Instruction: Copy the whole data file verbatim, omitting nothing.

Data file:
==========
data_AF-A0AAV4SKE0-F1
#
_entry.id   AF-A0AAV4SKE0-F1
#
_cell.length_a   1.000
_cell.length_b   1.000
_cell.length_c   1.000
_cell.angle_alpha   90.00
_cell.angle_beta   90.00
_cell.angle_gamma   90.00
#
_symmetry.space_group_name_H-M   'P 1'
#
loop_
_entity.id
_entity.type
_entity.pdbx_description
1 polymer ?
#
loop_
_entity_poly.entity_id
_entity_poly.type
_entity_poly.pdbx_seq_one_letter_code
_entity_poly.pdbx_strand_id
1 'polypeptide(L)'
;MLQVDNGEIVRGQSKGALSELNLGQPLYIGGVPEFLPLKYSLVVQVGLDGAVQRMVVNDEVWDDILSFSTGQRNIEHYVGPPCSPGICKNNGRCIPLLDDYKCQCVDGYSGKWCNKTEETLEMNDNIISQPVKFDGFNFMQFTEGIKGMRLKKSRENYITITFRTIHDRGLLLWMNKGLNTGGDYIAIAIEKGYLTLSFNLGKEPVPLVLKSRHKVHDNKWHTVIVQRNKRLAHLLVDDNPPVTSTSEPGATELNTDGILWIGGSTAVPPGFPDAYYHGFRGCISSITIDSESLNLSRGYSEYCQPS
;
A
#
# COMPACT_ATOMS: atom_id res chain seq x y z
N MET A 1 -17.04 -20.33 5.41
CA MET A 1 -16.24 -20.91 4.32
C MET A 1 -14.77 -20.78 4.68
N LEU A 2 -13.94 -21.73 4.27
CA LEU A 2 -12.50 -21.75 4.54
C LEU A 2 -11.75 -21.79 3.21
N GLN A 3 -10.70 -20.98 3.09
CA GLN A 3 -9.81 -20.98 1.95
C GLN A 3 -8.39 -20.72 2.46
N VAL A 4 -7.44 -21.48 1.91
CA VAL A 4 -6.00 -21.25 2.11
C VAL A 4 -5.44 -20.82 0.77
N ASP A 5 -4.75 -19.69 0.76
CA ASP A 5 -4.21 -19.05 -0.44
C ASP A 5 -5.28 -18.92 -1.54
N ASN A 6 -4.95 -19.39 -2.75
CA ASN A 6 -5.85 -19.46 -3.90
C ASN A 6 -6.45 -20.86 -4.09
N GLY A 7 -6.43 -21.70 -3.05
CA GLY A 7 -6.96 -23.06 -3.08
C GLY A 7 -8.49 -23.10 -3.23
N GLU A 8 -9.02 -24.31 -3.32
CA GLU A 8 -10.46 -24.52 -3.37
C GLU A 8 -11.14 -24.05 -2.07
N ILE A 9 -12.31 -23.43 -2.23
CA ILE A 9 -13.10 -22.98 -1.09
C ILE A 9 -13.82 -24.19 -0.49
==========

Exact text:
data_AF-A0AAV4SKE0-F1
#
_entry.id   AF-A0AAV4SKE0-F1
#
_cell.length_a   1.000
_cell.length_b   1.000
_cell.length_c   1.000
_cell.angle_alpha   90.00
_cell.angle_beta   90.00
_cell.angle_gamma   90.00
#
_symmetry.space_group_name_H-M   'P 1'
#
loop_
_entity.id
_entity.type
_entity.pdbx_description
1 polymer ?
#
loop_
_entity_poly.entity_id
_entity_poly.type
_entity_poly.pdbx_seq_one_letter_code
_entity_poly.pdbx_strand_id
1 'polypeptide(L)'
;MLQVDNGEIVRGQSKGALSELNLGQPLYIGGVPEFLPLKYSLVVQVGLDGAVQRMVVNDEVWDDILSFSTGQRNIEHYVGPPCSPGICKNNGRCIPLLDDYKCQCVDGYSGKWCNKTEETLEMNDNIISQPVKFDGFNFMQFTEGIKGMRLKKSRENYITITFRTIHDRGLLLWMNKGLNTGGDYIAIAIEKGYLTLSFNLGKEPVPLVLKSRHKVHDNKWHTVIVQRNKRLAHLLVDDNPPVTSTSEPGATELNTDGILWIGGSTAVPPGFPDAYYHGFRGCISSITIDSESLNLSRGYSEYCQPS
;
A
#
# COMPACT_ATOMS: atom_id res chain seq x y z
N MET A 1 -17.04 -20.33 5.41
CA MET A 1 -16.24 -20.91 4.32
C MET A 1 -14.77 -20.78 4.68
N LEU A 2 -13.94 -21.73 4.27
CA LEU A 2 -12.50 -21.75 4.54
C LEU A 2 -11.75 -21.79 3.21
N GLN A 3 -10.70 -20.98 3.09
CA GLN A 3 -9.81 -20.98 1.95
C GLN A 3 -8.39 -20.72 2.46
N VAL A 4 -7.44 -21.48 1.91
CA VAL A 4 -6.00 -21.25 2.11
C VAL A 4 -5.44 -20.82 0.77
N ASP A 5 -4.75 -19.69 0.76
CA ASP A 5 -4.21 -19.05 -0.44
C ASP A 5 -5.28 -18.92 -1.54
N ASN A 6 -4.95 -19.39 -2.75
CA ASN A 6 -5.85 -19.46 -3.90
C ASN A 6 -6.45 -20.86 -4.09
N GLY A 7 -6.43 -21.70 -3.05
CA GLY A 7 -6.96 -23.06 -3.08
C GLY A 7 -8.49 -23.10 -3.23
N GLU A 8 -9.02 -24.31 -3.32
CA GLU A 8 -10.46 -24.52 -3.37
C GLU A 8 -11.14 -24.05 -2.07
N ILE A 9 -12.31 -23.43 -2.23
CA ILE A 9 -13.10 -22.98 -1.09
C ILE A 9 -13.82 -24.19 -0.49